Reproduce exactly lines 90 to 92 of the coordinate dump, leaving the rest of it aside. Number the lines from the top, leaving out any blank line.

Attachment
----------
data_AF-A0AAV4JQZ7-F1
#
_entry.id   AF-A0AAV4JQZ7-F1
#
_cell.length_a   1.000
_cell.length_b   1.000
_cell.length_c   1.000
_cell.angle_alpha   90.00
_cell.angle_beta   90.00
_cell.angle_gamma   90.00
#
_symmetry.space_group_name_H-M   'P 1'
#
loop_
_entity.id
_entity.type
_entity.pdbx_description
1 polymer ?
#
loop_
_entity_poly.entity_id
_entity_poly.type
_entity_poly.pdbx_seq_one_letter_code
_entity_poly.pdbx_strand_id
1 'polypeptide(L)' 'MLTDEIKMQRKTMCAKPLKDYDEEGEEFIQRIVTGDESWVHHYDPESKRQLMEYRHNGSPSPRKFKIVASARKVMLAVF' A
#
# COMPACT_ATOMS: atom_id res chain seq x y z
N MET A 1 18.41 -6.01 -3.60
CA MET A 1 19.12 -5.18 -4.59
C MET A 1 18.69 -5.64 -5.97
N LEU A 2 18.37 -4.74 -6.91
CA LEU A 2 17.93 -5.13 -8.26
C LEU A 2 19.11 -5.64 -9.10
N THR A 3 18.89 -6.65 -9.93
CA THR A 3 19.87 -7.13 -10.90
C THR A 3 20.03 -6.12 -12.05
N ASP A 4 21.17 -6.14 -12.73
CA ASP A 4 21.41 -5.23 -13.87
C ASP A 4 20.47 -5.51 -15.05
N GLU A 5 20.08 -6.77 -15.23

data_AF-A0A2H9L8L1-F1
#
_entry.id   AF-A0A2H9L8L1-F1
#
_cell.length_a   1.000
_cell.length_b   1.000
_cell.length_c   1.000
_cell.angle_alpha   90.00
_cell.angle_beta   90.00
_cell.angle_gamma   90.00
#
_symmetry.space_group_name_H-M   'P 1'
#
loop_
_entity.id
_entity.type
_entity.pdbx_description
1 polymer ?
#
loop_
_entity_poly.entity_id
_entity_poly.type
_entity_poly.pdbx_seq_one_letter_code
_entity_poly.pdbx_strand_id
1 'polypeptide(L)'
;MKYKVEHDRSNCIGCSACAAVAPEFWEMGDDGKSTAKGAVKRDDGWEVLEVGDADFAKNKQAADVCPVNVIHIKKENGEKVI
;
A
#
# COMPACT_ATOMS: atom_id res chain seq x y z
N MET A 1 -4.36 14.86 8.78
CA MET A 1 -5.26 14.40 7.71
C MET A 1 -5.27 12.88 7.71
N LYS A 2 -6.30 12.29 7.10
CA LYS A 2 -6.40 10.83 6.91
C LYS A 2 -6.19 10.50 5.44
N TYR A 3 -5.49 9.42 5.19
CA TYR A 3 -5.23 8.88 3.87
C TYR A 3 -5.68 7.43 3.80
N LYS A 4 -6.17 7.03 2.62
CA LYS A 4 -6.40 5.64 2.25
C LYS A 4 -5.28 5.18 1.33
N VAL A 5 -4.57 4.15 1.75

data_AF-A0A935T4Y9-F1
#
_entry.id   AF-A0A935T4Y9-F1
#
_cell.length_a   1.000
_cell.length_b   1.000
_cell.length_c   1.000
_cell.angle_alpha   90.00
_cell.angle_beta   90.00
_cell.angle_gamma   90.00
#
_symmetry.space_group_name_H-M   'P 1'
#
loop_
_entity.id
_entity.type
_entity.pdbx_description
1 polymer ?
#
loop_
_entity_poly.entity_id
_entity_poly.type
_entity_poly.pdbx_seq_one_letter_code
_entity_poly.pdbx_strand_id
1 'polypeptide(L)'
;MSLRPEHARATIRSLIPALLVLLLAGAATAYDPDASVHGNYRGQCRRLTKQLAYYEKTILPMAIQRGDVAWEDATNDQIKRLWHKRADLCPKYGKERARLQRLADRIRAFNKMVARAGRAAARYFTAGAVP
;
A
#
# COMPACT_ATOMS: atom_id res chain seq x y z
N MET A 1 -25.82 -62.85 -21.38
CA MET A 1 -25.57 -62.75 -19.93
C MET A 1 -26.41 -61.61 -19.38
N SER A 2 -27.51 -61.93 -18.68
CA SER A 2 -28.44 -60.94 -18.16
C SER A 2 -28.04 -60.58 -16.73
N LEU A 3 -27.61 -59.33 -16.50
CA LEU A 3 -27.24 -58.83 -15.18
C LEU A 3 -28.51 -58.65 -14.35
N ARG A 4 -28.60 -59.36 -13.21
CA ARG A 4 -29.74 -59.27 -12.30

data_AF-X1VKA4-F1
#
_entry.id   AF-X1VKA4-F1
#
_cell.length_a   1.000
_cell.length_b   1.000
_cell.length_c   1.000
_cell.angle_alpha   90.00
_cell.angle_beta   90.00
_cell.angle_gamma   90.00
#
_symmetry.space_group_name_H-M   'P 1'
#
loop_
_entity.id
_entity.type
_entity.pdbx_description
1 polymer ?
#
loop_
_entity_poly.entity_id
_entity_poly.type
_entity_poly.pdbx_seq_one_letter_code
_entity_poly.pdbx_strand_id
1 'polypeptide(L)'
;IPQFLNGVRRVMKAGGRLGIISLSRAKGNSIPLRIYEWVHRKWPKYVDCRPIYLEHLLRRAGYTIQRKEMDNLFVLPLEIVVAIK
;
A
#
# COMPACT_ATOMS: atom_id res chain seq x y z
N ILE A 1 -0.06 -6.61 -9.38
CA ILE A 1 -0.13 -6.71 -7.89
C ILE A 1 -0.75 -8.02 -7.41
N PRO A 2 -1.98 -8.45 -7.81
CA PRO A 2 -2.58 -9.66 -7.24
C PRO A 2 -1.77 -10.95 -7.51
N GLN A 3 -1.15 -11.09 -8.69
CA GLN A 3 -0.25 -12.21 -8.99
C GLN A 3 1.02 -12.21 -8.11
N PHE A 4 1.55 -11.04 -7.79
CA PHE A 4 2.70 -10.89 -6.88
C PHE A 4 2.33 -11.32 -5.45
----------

_cell.length_c   1.000
_cell.angle_alpha   90.00
_cell.angle_beta   90.00